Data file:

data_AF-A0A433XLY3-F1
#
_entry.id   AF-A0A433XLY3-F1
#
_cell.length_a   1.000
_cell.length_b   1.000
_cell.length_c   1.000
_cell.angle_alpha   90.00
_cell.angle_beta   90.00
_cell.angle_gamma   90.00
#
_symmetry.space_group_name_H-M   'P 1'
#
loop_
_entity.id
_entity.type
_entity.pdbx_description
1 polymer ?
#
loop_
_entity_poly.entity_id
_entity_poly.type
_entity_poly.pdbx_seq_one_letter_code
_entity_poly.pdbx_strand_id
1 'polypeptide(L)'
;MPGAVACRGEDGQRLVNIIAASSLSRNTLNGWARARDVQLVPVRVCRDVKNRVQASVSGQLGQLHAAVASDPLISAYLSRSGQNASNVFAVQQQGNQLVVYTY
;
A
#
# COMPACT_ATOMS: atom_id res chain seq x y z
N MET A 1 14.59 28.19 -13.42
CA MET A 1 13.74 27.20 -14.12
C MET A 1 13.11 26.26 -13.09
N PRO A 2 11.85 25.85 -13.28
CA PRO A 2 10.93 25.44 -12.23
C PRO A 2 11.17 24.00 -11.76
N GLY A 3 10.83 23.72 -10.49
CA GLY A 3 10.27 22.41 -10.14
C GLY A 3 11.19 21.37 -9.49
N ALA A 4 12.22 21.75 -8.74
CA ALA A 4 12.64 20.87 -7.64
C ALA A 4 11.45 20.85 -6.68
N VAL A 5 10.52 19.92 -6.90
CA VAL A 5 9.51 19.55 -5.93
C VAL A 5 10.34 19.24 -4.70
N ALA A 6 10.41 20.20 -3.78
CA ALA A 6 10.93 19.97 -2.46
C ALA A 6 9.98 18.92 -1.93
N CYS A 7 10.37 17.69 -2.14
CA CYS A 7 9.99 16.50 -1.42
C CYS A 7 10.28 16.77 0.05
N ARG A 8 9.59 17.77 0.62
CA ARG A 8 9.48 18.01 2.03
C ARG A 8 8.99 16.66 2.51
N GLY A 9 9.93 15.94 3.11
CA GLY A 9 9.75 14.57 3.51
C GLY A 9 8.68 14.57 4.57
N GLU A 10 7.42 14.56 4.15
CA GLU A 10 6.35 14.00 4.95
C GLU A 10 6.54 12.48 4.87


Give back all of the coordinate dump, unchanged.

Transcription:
data_AF-A0A433XLY3-F1
#
_entry.id   AF-A0A433XLY3-F1
#
_cell.length_a   1.000
_cell.length_b   1.000
_cell.length_c   1.000
_cell.angle_alpha   90.00
_cell.angle_beta   90.00
_cell.angle_gamma   90.00
#
_symmetry.space_group_name_H-M   'P 1'
#
loop_
_entity.id
_entity.type
_entity.pdbx_description
1 polymer ?
#
loop_
_entity_poly.entity_id
_entity_poly.type
_entity_poly.pdbx_seq_one_letter_code
_entity_poly.pdbx_strand_id
1 'polypeptide(L)'
;MPGAVACRGEDGQRLVNIIAASSLSRNTLNGWARARDVQLVPVRVCRDVKNRVQASVSGQLGQLHAAVASDPLISAYLSRSGQNASNVFAVQQQGNQLVVYTY
;
A
#
# COMPACT_ATOMS: atom_id res chain seq x y z
N MET A 1 14.59 28.19 -13.42
CA MET A 1 13.74 27.20 -14.12
C MET A 1 13.11 26.26 -13.09
N PRO A 2 11.85 25.85 -13.28
CA PRO A 2 10.93 25.44 -12.23
C PRO A 2 11.17 24.00 -11.76
N GLY A 3 10.83 23.72 -10.49
CA GLY A 3 10.27 22.41 -10.14
C GLY A 3 11.19 21.37 -9.49
N ALA A 4 12.22 21.75 -8.74
CA ALA A 4 12.64 20.87 -7.64
C ALA A 4 11.45 20.85 -6.68
N VAL A 5 10.52 19.92 -6.90
CA VAL A 5 9.51 19.55 -5.93
C VAL A 5 10.34 19.24 -4.70
N ALA A 6 10.41 20.20 -3.78
CA ALA A 6 10.93 19.97 -2.46
C ALA A 6 9.98 18.92 -1.93
N CYS A 7 10.37 17.69 -2.14
CA CYS A 7 9.99 16.50 -1.42
C CYS A 7 10.28 16.77 0.05
N ARG A 8 9.59 17.77 0.62
CA ARG A 8 9.48 18.01 2.03
C ARG A 8 8.99 16.66 2.51
N GLY A 9 9.93 15.94 3.11
CA GLY A 9 9.75 14.57 3.51
C GLY A 9 8.68 14.57 4.57
N GLU A 10 7.42 14.56 4.15
CA GLU A 10 6.35 14.00 4.95
C GLU A 10 6.54 12.48 4.87